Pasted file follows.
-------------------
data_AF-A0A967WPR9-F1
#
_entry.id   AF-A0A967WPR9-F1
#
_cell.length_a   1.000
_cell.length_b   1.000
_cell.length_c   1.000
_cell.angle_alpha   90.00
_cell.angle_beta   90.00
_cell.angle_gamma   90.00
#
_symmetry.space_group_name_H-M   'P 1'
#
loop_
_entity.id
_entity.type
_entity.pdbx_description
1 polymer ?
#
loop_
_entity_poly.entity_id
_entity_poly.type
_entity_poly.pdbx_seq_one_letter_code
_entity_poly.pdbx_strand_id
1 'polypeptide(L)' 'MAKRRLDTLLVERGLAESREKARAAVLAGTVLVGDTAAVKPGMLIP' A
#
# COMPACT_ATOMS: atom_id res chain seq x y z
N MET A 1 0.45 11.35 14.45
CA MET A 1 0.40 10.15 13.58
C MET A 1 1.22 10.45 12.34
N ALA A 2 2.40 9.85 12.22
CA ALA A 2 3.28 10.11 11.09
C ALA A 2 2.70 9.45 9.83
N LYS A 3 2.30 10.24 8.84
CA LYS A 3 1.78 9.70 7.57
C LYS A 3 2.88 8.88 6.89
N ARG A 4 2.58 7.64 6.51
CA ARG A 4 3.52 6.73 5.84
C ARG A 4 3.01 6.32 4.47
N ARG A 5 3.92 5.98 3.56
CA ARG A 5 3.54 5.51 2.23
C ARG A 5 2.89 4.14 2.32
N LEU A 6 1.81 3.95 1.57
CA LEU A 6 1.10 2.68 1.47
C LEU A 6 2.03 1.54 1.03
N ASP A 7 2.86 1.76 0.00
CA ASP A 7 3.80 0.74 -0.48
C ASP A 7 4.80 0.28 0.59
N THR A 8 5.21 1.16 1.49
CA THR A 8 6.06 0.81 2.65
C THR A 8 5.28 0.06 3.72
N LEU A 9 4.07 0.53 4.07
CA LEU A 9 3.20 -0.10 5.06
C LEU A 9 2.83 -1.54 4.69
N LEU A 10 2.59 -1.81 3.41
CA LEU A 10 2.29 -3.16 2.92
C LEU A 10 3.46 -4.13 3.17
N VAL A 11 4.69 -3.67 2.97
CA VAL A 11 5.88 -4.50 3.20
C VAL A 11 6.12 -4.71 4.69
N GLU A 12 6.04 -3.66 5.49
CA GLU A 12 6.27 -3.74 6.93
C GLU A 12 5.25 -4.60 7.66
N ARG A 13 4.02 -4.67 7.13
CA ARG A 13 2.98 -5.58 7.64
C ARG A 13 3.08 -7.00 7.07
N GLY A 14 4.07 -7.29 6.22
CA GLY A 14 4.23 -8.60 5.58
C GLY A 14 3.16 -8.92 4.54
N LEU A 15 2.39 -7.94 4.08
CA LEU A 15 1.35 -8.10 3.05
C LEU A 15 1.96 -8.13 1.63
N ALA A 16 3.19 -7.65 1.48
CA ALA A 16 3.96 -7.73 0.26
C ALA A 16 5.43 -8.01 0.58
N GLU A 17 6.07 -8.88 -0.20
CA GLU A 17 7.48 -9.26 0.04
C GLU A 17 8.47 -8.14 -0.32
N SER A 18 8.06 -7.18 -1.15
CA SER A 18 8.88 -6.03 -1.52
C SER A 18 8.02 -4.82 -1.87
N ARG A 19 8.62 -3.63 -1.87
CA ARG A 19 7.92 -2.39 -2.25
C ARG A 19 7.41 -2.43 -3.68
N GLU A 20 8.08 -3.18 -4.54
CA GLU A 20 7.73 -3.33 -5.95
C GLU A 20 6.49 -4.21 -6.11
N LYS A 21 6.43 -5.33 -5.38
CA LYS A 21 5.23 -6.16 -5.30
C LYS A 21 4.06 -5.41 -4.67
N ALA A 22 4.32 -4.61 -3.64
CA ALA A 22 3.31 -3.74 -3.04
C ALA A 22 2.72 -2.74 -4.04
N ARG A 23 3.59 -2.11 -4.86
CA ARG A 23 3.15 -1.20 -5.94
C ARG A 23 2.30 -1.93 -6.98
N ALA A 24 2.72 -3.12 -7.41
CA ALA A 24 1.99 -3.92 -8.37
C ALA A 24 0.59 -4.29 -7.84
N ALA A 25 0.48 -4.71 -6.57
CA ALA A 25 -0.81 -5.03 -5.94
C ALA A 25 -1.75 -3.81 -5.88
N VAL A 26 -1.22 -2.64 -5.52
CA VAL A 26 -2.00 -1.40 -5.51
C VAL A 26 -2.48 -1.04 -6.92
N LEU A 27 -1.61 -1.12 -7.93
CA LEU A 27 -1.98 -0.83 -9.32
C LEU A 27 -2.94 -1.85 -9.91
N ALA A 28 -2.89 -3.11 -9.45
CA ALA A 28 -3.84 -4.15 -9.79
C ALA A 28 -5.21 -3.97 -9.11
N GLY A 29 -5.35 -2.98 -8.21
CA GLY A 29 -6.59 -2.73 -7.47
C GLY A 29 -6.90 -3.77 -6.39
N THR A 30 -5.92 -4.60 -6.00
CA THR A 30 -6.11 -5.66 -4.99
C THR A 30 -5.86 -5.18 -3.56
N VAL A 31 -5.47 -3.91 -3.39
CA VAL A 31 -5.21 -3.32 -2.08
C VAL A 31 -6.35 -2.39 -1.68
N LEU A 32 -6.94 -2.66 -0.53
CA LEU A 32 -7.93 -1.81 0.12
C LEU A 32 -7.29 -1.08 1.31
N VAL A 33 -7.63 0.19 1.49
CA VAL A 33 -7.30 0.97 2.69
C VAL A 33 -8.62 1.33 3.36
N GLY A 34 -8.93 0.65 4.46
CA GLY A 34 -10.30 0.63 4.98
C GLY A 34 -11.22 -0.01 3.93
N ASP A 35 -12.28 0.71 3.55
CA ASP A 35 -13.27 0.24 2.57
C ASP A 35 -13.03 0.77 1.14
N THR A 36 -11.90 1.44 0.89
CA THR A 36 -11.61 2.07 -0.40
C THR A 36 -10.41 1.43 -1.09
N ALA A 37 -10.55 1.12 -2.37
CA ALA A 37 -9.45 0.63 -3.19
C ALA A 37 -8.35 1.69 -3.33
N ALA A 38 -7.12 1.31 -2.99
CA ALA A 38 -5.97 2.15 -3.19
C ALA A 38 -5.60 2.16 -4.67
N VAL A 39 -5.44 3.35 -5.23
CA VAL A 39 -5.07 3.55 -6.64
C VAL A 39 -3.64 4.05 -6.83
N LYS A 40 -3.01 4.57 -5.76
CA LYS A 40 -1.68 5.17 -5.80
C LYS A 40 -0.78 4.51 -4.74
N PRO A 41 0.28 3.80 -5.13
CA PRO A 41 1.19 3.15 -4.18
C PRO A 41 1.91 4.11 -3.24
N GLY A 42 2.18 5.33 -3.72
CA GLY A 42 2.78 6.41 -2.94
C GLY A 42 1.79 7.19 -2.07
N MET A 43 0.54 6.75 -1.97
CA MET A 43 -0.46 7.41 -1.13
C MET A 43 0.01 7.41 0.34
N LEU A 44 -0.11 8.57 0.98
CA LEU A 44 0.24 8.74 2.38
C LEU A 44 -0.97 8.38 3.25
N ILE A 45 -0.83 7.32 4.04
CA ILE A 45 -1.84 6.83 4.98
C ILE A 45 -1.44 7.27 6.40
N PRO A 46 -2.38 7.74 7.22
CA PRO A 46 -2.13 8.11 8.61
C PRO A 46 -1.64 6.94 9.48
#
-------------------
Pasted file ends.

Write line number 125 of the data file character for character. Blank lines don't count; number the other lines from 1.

CA VAL A 33 -7.30 0.97 2.69